CHAMPAIGN, Ill. — There had to be at least 100,000 people at the Big House on Saturday afternoon as Michigan hosted Indiana.
Or at least that was what the live look-in at the Wolverines’ game looked like as the scoreboard at Memorial Stadium flipped between that Senior Day and the broadcast of the Senior Day game in a packed Ross-Ade Stadium in West Lafayette — a thriller between Purdue and Wisconsin.
And then I snapped back to reality.
It was the middle of the fourth quarter in Champaign. Iowa just extended its lead to 56-0 on Mekhi Sargent’s second touchdown run of the game. The Hawkeyes were threatening for the biggest win in the Kirk Ferentz era, while the Illini were just attempting to score.
The stands were emptied at that point, packed with just a few thousand Iowa fans who made the trip to watch their team grab its seventh win of a disappointing season. Those same stands were filled to the brim just over two years ago as Mitch Trubisky and his North Carolina Tar Heels visited a 2-0 Illinois in Lovie Smith’s first season with the program. Now? Even the yells of “Chief” during the Marching Illini’s Three-in-One were faint.
How’d we fall so far?
How did we go from the center of the college football landscape for a few days in March 2016 to the laughingstock of college football, even in a year where Maryland retained (and then fired) its disgraced coach, Rutgers had a far worse record, and Kansas was about to hire Les Miles? All of that, and the team that many will point to as the worst is Illinois.
Let me make it clear: It’s not the 63-0 blowout at the hands of Iowa. Personally, I think that score is pretty funny. It’s not the first time the Illini have allowed 63 this conference season — it’s actually the third — but it’s the lack of belonging Illinois had on Saturday that made it seem so perfect and fitting, almost like the last four years squished into a 60-minute game.
Four-year seniors, like myself, graduating in 2019 from the University of Illinois will never have seen a bowl game. It’s not like they deserved it anyways; we actively talk about on this blog how some students take a sense of pride in never going to a game.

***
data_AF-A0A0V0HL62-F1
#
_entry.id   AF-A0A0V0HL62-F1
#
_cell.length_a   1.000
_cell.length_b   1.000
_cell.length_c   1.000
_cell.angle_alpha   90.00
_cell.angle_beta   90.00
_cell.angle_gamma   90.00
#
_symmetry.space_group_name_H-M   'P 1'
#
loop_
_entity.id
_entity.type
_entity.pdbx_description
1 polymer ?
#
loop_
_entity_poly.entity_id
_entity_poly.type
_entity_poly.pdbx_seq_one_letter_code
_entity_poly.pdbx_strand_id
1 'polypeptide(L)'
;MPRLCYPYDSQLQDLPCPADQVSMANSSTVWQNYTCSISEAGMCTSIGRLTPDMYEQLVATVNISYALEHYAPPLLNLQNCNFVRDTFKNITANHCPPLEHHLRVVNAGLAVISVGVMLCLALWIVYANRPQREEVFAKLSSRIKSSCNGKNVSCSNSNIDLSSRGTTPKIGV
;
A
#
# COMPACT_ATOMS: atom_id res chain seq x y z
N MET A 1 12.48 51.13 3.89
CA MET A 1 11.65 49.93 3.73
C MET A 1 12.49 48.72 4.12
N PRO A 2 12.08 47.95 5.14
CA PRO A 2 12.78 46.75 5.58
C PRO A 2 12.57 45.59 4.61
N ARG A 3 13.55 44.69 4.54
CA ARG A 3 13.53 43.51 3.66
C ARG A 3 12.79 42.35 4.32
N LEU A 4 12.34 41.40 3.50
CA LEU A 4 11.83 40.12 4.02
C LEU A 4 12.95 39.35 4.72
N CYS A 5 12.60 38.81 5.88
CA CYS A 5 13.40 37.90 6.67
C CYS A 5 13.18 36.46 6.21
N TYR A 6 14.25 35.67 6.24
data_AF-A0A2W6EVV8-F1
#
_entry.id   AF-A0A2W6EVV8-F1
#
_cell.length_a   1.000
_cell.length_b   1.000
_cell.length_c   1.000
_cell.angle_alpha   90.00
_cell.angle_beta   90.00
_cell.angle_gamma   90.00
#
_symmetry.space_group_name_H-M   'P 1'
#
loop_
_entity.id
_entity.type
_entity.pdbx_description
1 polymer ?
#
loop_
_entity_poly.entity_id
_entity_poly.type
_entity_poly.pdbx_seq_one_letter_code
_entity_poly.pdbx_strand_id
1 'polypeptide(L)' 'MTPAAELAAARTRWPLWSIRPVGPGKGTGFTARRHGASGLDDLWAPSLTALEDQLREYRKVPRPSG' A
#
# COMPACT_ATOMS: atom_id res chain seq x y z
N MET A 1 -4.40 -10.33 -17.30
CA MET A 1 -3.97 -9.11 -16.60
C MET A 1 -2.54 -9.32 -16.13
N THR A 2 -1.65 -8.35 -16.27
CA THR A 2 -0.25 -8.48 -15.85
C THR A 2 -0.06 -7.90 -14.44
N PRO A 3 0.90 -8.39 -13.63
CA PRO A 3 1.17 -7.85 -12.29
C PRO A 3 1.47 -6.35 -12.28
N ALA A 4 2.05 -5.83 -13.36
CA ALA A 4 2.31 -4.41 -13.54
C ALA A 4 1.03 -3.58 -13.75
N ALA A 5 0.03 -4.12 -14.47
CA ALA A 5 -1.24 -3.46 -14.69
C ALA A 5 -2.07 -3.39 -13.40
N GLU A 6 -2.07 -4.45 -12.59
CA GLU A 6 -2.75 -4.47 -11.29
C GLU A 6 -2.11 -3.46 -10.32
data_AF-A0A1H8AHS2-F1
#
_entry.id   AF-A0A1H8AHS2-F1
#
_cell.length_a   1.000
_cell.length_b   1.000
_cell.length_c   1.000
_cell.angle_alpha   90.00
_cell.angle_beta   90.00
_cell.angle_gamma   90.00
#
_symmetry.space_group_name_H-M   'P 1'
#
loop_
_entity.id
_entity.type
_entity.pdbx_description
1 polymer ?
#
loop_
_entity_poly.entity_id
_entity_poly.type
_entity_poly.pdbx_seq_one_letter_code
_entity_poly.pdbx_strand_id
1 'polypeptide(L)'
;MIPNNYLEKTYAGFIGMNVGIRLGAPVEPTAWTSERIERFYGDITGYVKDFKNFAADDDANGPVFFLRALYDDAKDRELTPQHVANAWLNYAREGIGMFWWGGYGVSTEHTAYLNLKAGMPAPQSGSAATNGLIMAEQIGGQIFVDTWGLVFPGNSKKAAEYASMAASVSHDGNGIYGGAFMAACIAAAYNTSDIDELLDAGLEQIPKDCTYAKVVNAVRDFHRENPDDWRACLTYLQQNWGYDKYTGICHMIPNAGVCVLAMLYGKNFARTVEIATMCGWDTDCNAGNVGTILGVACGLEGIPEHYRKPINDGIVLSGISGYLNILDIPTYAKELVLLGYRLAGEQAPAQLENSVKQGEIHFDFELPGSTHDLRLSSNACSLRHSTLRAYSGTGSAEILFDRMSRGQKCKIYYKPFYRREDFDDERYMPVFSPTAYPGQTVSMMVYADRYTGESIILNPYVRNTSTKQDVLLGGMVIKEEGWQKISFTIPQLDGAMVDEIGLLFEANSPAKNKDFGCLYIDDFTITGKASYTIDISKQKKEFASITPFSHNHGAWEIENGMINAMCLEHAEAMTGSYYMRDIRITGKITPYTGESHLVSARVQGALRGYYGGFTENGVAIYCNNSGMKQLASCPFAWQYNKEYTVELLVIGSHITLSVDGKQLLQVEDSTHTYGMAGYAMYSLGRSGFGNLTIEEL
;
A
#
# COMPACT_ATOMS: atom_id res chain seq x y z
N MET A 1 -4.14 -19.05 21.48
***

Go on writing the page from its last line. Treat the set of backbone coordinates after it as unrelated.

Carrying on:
How is that cool? Literally, I don’t know any other school where it would be considered in to NOT go to the games. As always, there are excuses:
- “It’s Thanksgiving break.”
- “My dorm closes at 3 p.m.”
- “It’s cold outside.”
- “We suck.”
All of it’s true. All of it. But while maybe 3,000 fans fill a depleted Memorial Stadium in the final minutes of Illinois’ biggest loss in program history, I’m forced to watch a full Michigan Stadium and Ross-Ade Stadium have exciting games that people care about.
I’m not asking for a re-do of my four years in the Marching Illini and in college. I would never change a thing. I had an absolutely incredible time over these years getting to just cheer on and watch this team. And I’m not asking to be Michigan. I also don’t want to be Nebraska. Or Wisconsin. Or Iowa. Or Purdue. Or South Florida. Or Penn State.
Or even Maryland.
I just want to be competent.
I just want to know that no other four-year graduating class will have to suffer through this absolutely awful brand of football and 14 wins over four years. For what it’s worth, Alabama will likely win 15 games this year. Just. This. Year.
I would never blame the players in this situation. From interviewing A.J. Bush, Mike Dudek, Reggie Corbin, Nick Allegretti and others over the years, I know that these guys are invested in their craft and going out there to win football games. The effort may look like it isn’t there, but I can absolutely assure you it is.
Instead, I blame the coaching staff. I’ve been holding off on saying such for a while now, even as the blowout, non-competitive losses piled up. But it’s time.
Maybe Lovie would still be the answer, but this needs a spark. Sometimes it’s okay to admit a mistake and move on. This is one of those times.
While Lovie can argue “progress” is being made on both sides of the ball, what can’t be argued was the final score: 63-0.
That’s nearly that Michigan-Rutgers game from two years ago. That’s not good.
When the clock struck 0:00 and the teams ran onto the field to shake hands after Saturday’s romp, I felt nothing.
Lovie’s postgame presser didn’t do it for me.
“It seemed like this year there’s been some tough losses,” Lovie said. “Didn’t really see this coming.”
But Allegretti’s comments postgame did.
“I loved every second [of playing at Illinois],” Allegretti said. “If I had gone back and could’ve made another decision, this is where I still would have gone. I absolutely love this university; the academics, athletics, the friends that I’ve made on the team and outside of the team. I would not have wanted to go anywhere else.”
We talk about “Illinois guys” a lot, saying we only want guys who want to be at Illinois.
Those guys exist. They keep playing on the team. And now it’s up to someone to make them winners.
If a student is going to care enough to show up when nobody else will — some Block I members attended the game, and they should be commended — it should be worth it for them. Not 63-0.
Let those who care feel something again. And maybe the rest will fill up.
It was an amazing four years, except for the product. I just hope this era never happens again.